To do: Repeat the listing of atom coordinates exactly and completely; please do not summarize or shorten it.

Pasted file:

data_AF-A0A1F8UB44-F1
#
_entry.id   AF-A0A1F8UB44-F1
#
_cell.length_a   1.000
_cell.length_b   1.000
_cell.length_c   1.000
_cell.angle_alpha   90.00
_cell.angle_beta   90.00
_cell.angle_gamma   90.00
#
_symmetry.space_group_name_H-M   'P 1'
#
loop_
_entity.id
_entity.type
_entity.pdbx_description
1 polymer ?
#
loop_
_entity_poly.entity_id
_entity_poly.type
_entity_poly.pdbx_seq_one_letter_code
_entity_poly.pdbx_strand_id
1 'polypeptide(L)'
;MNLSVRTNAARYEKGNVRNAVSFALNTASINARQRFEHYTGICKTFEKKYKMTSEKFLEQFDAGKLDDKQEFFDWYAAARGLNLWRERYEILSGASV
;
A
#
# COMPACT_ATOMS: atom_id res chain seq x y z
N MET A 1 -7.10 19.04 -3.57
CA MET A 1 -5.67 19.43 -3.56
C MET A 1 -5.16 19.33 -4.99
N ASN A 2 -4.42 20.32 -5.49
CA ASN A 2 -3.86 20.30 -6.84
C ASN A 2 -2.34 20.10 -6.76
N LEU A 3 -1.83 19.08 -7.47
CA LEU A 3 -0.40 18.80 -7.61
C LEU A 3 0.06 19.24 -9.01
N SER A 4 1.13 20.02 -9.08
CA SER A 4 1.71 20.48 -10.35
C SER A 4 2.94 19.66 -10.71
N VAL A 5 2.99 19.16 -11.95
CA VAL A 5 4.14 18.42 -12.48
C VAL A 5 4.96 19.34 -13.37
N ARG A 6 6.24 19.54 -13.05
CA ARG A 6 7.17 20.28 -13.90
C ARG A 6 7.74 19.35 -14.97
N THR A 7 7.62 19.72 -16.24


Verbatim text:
data_AF-A0A1F8UB44-F1
#
_entry.id   AF-A0A1F8UB44-F1
#
_cell.length_a   1.000
_cell.length_b   1.000
_cell.length_c   1.000
_cell.angle_alpha   90.00
_cell.angle_beta   90.00
_cell.angle_gamma   90.00
#
_symmetry.space_group_name_H-M   'P 1'
#
loop_
_entity.id
_entity.type
_entity.pdbx_description
1 polymer ?
#
loop_
_entity_poly.entity_id
_entity_poly.type
_entity_poly.pdbx_seq_one_letter_code
_entity_poly.pdbx_strand_id
1 'polypeptide(L)'
;MNLSVRTNAARYEKGNVRNAVSFALNTASINARQRFEHYTGICKTFEKKYKMTSEKFLEQFDAGKLDDKQEFFDWYAAARGLNLWRERYEILSGASV
;
A
#
# COMPACT_ATOMS: atom_id res chain seq x y z
N MET A 1 -7.10 19.04 -3.57
CA MET A 1 -5.67 19.43 -3.56
C MET A 1 -5.16 19.33 -4.99
N ASN A 2 -4.42 20.32 -5.49
CA ASN A 2 -3.86 20.30 -6.84
C ASN A 2 -2.34 20.10 -6.76
N LEU A 3 -1.83 19.08 -7.47
CA LEU A 3 -0.40 18.80 -7.61
C LEU A 3 0.06 19.24 -9.01
N SER A 4 1.13 20.02 -9.08
CA SER A 4 1.71 20.48 -10.35
C SER A 4 2.94 19.66 -10.71
N VAL A 5 2.99 19.16 -11.95
CA VAL A 5 4.14 18.42 -12.48
C VAL A 5 4.96 19.34 -13.37
N ARG A 6 6.24 19.54 -13.05
CA ARG A 6 7.17 20.28 -13.90
C ARG A 6 7.74 19.35 -14.97
N THR A 7 7.62 19.72 -16.24